The situation changed when I started earning. I used to reserve a part of my paltry beginner’s salary to buy the books I wanted to read. Slowly and steadily, as my income grew, my reading tastes also changed and I was able to cater to them. I am lucky to have a husband who, though he does not read, understands why I love books so and does not hesitate to buy them for me.

Today, the husband and I help our maid finance the education of her son – the only bright spot in her dreary life with a drunkard husband, a mentally challenged daughter, poverty, lots of illnesses, and the burden of a widowed aunt who does not have a home of her own. In her son’s education lies her hope for a better future, and I am glad we are helping her realise her dreams in whatever little way we can.

Today, I love gifting books to people who are waiting for the magic of reading to spread into their lives. Waiting, for whatever reasons.

Even today, I am not in a position to buy all the books that I want to, but I am grateful for the long way I have come.

Sometimes, I think of how wonderful it would have been if I could always have read all that I wanted to, there were no gaps in my reading, I had a mentor to guide along my reading and get me the most appropriate books at the different stages of my life. I would have been a better reader, a more well-rounded person, and infinitely better off in my career – I think so.

I am not regretful. I am not ungrateful. I am not complaining. I just wonder… what if books do not cost anything? It would have made a world of difference to me. As it would have to Jorge.

Kabhi kisi ko mukammal jahaan nahi milta…
Kahin zami to kahin aasmaa nahi milta….

PS: This wasn’t an easy post for me to write. I deliberated over deleting the entire thing off several times, and then decided against it. I hope you will be compassionate (not pitiful) and non-judgemental in your reading of this post.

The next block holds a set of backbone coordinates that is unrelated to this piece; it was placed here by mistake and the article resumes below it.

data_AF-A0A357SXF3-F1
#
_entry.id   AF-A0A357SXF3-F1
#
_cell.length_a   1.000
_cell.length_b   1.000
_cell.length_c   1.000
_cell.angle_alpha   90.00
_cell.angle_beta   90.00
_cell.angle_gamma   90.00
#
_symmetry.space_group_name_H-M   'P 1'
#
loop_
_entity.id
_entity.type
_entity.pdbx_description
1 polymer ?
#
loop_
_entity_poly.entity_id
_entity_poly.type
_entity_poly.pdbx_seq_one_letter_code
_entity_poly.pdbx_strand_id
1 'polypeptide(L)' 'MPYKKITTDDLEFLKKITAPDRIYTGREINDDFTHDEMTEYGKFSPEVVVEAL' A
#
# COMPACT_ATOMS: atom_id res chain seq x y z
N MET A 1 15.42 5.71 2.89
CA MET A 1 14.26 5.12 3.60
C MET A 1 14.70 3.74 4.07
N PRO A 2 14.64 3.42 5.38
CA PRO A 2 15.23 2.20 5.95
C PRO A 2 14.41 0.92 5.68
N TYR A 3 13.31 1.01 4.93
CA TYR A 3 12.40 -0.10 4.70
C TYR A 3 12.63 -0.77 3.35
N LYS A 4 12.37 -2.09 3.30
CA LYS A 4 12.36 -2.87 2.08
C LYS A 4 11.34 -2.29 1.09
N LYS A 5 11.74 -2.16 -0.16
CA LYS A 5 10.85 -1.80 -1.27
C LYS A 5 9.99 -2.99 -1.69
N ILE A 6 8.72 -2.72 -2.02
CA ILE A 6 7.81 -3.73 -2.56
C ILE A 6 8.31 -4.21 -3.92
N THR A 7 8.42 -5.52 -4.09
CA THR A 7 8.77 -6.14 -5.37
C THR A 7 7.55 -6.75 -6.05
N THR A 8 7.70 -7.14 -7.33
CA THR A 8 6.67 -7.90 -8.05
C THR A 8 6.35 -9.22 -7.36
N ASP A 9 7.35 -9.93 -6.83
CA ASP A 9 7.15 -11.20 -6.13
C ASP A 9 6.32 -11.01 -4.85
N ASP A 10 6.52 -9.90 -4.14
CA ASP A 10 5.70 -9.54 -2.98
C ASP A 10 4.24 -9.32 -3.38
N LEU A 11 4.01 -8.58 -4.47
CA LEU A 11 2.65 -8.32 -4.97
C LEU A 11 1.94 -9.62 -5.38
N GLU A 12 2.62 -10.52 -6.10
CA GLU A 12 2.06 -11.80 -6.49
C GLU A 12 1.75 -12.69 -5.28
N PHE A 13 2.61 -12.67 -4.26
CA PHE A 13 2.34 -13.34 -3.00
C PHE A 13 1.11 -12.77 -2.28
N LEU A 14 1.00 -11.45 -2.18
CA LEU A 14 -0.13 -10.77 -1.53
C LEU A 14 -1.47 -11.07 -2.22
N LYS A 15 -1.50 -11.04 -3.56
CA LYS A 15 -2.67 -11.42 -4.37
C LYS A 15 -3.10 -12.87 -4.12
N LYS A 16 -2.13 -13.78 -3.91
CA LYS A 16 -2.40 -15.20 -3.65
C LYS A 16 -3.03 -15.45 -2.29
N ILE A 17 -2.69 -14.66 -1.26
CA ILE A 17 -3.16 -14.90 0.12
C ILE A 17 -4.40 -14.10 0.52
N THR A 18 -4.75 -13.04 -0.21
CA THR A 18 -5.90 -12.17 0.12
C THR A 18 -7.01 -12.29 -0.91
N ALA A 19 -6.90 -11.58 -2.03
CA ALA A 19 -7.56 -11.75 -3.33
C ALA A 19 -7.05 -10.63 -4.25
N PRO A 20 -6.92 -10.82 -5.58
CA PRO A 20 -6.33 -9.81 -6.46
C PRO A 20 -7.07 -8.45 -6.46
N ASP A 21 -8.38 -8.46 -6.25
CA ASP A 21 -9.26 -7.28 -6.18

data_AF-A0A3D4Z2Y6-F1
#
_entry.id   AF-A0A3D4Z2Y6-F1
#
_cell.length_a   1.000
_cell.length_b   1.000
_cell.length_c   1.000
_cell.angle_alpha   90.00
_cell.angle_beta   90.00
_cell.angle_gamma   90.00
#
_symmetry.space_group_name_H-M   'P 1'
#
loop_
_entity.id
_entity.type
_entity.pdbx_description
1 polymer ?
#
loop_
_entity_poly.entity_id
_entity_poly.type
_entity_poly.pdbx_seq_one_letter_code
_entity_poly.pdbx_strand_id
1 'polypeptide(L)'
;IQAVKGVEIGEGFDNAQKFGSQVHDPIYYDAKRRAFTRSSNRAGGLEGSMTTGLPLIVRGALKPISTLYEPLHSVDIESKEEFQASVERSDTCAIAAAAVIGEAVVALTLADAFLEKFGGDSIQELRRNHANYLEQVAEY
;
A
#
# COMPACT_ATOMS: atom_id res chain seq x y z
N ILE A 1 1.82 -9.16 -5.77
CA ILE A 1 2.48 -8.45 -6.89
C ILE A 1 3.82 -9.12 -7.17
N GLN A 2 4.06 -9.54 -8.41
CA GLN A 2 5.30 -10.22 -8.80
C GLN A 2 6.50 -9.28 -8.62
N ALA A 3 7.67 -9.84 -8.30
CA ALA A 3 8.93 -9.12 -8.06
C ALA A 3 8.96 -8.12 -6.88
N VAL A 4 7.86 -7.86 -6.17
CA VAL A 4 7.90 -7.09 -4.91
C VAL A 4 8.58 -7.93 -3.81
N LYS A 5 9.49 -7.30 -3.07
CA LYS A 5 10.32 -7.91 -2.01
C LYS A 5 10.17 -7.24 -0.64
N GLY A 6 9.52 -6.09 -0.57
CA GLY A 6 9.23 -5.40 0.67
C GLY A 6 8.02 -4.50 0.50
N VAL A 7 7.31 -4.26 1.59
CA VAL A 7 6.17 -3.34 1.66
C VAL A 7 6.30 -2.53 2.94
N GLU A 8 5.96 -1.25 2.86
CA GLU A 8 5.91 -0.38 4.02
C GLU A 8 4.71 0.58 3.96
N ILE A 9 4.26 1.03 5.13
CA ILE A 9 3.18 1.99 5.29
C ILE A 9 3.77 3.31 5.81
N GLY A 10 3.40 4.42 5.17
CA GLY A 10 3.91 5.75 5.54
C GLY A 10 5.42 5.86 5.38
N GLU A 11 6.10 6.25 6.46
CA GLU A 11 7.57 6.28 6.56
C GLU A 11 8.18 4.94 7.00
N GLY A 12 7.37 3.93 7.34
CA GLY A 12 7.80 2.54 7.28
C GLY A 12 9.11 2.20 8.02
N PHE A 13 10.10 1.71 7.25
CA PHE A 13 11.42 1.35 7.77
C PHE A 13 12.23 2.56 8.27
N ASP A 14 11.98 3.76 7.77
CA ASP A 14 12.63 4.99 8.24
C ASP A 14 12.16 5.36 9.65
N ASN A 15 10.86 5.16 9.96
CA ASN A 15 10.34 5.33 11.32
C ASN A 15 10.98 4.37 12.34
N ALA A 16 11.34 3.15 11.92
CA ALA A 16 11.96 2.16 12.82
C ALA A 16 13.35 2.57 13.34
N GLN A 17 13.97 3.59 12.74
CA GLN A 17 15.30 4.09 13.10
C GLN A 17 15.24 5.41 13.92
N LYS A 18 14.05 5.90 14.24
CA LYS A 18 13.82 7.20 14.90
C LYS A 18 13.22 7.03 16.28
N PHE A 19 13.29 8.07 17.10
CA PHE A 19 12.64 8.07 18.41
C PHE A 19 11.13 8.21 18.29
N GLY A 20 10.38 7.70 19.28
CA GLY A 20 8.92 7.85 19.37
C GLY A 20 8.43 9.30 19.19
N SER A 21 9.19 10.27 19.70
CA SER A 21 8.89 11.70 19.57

28 thoughts on “Books mustn’t cost anything…

  1. Library used to be my favourite period in school… read whatever I could get.. but surprisingly , never wondered why I did not have more access to books. I would devour the written word in any form… books, magazines, newspaper articles, comics… paper used for wrapping churmuri, paper at the bottom of the clothes in a shelf or in a trunk.. u get the drift…
    I totally get what you said GND. Glad you did not delete this one!


    1. @Priya

      I know…I used to haunt the library at one point of time in my life too. But then, I didn’t really get to read the types of books that I should be reading at that stage. It would have worked wonders for my life – and I think, my career – if I had.


  2. I think we wont value books if we get them for free. The joy of receiving new as well as second hand books from pa during my childhood is indescribable. The joy of devouring the library books and waiting for the weekend to get a new set..bliss 🙂


  3. TGND,

    I really respect your words and you are very right. I feel like that about education and books as well. Isn’t the thirst and yearning for knowledge greater than anything else? While I do wonder if everyone would value books if they were all free always, I agree with the concept that should someone crave for it dearly, it should be easily and freely accessible.When I was young, papa would get some awesome books from his library at work that had a superb collection and he himself being an avid reader, books that I had not read were around. But more than all that, what am thankful for is that I loved books. I loved what Uma said for it so true!